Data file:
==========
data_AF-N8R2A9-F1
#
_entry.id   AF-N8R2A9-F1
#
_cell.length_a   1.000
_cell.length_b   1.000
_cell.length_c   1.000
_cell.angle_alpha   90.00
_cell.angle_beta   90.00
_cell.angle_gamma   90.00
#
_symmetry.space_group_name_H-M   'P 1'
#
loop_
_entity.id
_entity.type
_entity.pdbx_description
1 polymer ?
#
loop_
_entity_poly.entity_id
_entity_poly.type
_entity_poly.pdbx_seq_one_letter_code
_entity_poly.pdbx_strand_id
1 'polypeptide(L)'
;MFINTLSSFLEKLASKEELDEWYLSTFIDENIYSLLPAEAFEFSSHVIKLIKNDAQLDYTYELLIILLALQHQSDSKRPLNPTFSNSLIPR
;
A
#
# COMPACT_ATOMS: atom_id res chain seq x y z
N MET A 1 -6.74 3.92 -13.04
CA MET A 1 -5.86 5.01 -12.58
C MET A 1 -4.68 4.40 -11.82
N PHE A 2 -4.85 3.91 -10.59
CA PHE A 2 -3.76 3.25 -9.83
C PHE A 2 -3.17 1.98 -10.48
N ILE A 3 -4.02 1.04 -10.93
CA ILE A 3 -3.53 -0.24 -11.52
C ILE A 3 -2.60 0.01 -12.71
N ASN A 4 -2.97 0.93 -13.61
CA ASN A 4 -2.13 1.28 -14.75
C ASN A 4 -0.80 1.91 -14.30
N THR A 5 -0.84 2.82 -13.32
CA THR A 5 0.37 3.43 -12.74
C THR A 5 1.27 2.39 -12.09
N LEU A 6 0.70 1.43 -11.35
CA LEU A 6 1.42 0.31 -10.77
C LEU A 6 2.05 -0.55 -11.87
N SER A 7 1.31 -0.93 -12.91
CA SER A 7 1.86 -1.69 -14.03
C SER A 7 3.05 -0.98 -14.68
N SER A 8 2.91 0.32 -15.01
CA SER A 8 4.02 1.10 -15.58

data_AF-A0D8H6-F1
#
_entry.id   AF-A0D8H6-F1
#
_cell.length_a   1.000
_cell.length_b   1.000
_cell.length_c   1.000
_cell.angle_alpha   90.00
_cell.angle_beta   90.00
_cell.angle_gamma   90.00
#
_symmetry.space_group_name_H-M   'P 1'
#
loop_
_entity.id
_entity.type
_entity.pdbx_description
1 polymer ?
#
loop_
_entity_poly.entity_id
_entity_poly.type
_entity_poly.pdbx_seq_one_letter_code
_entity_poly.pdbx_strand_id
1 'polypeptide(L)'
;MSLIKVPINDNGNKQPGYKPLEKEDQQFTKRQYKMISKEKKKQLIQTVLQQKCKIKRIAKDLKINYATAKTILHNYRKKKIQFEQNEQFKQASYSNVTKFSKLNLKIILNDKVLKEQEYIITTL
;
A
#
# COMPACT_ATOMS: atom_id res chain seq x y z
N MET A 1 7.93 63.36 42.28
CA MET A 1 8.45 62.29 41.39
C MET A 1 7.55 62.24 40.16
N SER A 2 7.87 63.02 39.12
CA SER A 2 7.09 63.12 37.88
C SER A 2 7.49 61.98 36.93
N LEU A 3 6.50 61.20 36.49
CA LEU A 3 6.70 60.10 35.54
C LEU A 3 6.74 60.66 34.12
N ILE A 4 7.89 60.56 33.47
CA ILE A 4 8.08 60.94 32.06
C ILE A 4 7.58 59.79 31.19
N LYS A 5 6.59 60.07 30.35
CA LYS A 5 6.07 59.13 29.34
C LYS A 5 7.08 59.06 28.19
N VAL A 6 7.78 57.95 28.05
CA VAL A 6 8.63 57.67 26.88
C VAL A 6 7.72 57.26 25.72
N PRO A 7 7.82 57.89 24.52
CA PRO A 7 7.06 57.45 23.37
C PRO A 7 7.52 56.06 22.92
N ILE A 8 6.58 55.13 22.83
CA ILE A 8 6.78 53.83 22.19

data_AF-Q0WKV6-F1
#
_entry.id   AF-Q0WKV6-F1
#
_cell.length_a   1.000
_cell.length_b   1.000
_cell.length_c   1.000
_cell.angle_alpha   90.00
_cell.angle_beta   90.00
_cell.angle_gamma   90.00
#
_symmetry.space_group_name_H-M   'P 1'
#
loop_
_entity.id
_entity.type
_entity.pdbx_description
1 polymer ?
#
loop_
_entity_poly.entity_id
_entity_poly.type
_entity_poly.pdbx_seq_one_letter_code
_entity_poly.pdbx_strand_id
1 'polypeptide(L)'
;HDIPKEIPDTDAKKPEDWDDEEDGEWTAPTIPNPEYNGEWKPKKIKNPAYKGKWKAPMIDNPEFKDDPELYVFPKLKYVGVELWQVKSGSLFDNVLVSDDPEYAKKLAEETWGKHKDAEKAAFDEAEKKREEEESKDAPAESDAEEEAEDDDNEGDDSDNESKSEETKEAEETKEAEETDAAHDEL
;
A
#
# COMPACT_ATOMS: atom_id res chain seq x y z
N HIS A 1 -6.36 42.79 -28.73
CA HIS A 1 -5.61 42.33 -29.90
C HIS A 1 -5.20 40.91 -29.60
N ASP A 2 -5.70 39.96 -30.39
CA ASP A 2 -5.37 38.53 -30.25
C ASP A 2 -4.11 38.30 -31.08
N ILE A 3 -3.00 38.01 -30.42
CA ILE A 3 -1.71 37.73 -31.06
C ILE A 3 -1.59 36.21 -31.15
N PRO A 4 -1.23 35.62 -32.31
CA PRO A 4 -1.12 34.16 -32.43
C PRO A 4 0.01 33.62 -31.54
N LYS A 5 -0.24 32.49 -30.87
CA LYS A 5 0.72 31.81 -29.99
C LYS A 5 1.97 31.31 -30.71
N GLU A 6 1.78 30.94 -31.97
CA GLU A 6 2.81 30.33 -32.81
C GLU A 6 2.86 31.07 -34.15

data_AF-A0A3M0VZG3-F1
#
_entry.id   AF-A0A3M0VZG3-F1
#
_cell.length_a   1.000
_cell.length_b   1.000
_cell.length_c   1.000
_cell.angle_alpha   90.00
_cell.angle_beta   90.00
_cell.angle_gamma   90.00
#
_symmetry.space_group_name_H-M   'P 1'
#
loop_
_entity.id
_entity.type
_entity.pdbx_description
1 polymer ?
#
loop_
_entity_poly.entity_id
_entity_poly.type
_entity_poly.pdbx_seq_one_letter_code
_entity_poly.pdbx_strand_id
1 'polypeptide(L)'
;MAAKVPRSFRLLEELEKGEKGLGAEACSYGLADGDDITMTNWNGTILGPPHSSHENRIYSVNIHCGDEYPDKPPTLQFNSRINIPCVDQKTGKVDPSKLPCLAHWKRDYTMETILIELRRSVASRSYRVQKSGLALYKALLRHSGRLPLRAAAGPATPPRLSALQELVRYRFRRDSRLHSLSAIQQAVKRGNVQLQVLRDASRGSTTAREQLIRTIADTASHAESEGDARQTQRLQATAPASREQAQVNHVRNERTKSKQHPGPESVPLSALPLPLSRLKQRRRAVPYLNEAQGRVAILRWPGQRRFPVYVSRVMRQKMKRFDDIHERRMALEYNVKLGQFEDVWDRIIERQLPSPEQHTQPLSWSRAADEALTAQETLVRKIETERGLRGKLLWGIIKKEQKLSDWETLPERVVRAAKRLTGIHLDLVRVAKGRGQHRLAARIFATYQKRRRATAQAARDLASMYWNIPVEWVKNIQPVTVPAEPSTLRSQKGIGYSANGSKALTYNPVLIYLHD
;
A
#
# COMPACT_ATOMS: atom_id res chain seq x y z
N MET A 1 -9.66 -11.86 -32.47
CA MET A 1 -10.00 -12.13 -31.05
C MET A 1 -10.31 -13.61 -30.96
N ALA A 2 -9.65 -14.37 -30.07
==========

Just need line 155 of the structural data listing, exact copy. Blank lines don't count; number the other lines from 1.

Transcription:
data_AF-A0A3M0VZG3-F1